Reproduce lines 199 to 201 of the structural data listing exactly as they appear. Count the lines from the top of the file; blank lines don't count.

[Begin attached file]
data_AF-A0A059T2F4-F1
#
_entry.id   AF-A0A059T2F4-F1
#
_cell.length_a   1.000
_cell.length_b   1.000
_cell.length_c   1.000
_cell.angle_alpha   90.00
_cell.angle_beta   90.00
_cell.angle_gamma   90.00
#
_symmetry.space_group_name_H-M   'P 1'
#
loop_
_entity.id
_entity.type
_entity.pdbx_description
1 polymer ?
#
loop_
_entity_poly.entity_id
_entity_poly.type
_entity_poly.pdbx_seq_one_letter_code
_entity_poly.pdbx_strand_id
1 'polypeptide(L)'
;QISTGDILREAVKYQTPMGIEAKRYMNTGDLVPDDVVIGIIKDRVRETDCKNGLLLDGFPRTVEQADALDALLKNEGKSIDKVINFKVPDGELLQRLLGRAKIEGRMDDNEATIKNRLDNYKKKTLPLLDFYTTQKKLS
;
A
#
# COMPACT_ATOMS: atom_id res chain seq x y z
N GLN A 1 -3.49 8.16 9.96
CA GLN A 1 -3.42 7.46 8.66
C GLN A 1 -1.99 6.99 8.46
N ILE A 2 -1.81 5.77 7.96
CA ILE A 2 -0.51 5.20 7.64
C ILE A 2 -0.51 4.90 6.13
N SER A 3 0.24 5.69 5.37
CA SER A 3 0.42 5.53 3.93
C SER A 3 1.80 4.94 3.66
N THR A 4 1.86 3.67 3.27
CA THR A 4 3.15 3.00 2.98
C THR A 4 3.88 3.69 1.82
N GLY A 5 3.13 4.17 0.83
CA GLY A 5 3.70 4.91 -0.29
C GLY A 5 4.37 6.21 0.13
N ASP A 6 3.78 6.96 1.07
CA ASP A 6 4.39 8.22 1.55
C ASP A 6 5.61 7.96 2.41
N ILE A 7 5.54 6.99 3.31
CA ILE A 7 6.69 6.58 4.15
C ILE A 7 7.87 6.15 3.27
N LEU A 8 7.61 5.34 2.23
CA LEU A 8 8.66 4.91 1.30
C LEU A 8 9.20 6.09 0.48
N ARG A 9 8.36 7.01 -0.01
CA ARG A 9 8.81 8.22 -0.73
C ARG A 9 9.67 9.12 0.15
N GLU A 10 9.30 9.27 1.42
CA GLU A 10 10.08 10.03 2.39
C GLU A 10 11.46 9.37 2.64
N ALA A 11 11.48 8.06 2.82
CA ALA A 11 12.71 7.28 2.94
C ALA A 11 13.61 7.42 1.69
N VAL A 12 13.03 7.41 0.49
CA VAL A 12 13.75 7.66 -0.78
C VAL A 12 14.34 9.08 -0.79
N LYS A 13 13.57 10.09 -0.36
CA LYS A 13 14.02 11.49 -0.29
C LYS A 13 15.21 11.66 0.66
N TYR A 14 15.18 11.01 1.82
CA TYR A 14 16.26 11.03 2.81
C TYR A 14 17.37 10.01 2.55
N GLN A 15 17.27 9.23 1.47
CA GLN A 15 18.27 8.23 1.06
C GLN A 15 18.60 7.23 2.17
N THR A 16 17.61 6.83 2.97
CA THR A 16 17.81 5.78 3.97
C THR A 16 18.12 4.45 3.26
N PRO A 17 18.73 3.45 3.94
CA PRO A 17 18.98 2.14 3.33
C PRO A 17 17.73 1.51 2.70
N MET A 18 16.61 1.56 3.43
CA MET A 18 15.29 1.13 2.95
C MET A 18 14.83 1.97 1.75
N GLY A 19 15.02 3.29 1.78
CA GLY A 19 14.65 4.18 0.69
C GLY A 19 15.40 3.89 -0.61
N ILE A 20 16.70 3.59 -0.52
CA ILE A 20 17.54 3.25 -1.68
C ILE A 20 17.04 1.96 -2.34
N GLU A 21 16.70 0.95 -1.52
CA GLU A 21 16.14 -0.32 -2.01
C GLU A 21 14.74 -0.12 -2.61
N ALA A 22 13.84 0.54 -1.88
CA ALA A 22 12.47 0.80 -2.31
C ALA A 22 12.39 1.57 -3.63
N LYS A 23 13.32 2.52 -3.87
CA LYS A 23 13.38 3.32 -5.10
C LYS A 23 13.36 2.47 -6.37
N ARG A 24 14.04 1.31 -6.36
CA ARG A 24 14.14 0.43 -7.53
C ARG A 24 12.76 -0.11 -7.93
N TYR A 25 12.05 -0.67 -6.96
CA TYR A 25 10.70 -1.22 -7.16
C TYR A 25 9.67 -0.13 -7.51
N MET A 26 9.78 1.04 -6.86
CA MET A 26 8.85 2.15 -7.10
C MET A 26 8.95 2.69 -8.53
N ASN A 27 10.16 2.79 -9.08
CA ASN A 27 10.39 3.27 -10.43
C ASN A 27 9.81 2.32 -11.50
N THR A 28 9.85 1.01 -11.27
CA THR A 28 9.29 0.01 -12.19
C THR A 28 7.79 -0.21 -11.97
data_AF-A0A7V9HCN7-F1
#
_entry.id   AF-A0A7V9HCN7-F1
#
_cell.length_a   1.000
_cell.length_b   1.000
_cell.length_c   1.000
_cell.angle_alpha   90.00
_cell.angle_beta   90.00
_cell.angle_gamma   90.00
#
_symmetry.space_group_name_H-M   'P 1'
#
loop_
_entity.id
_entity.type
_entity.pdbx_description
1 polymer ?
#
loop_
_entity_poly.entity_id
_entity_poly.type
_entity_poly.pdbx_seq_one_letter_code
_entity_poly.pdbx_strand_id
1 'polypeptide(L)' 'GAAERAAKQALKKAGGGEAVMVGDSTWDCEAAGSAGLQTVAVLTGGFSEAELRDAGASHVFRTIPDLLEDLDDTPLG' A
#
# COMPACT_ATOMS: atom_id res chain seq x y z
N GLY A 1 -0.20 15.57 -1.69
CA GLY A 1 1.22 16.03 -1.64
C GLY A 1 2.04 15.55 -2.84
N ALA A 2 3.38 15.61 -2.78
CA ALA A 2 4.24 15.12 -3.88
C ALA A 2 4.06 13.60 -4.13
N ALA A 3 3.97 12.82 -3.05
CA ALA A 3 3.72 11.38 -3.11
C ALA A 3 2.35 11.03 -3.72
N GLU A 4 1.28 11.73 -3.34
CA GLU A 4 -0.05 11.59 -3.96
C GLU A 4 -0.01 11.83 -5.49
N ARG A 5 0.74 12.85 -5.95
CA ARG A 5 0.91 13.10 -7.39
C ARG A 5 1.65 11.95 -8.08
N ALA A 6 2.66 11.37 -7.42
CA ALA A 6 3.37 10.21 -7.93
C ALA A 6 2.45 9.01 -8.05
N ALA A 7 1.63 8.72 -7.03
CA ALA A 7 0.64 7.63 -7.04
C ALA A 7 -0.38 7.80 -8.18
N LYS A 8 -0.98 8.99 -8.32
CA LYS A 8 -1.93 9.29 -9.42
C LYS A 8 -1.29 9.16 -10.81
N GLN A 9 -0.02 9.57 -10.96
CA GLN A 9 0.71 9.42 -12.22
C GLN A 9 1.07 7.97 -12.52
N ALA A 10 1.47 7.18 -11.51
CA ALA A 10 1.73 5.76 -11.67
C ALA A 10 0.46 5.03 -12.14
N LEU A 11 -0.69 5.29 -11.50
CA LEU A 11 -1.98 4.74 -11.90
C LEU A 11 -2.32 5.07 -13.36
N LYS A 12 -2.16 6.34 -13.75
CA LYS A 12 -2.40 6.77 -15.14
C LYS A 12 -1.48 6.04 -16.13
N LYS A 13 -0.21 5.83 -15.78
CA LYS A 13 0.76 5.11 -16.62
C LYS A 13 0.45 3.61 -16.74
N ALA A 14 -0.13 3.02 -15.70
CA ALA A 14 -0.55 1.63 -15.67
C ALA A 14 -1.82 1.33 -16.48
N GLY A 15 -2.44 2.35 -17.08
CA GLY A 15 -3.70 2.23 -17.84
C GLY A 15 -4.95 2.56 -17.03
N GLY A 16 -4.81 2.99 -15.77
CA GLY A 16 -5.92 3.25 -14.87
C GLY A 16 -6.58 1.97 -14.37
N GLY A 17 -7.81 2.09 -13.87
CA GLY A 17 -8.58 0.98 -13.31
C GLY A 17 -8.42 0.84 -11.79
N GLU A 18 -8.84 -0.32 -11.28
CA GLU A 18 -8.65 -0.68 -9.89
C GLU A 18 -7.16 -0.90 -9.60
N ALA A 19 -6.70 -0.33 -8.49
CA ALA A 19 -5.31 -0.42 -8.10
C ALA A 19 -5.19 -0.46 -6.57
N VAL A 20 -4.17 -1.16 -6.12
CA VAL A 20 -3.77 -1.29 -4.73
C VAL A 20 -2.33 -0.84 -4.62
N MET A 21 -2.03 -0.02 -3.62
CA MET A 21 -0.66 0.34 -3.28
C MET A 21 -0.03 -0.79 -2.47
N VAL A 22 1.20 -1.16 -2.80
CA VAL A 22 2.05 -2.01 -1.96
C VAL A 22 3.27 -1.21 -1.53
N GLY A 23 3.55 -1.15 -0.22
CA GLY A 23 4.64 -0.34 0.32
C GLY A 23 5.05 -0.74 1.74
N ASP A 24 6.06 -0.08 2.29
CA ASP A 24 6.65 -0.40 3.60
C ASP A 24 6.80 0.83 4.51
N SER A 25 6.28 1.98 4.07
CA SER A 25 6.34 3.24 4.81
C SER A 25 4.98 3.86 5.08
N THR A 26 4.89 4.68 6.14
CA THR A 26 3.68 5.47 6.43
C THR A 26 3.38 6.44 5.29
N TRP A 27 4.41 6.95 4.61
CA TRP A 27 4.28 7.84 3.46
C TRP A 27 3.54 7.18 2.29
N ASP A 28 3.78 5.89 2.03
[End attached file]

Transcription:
N VAL A 20 -4.17 -1.16 -6.12
CA VAL A 20 -3.77 -1.29 -4.73
C VAL A 20 -2.33 -0.84 -4.62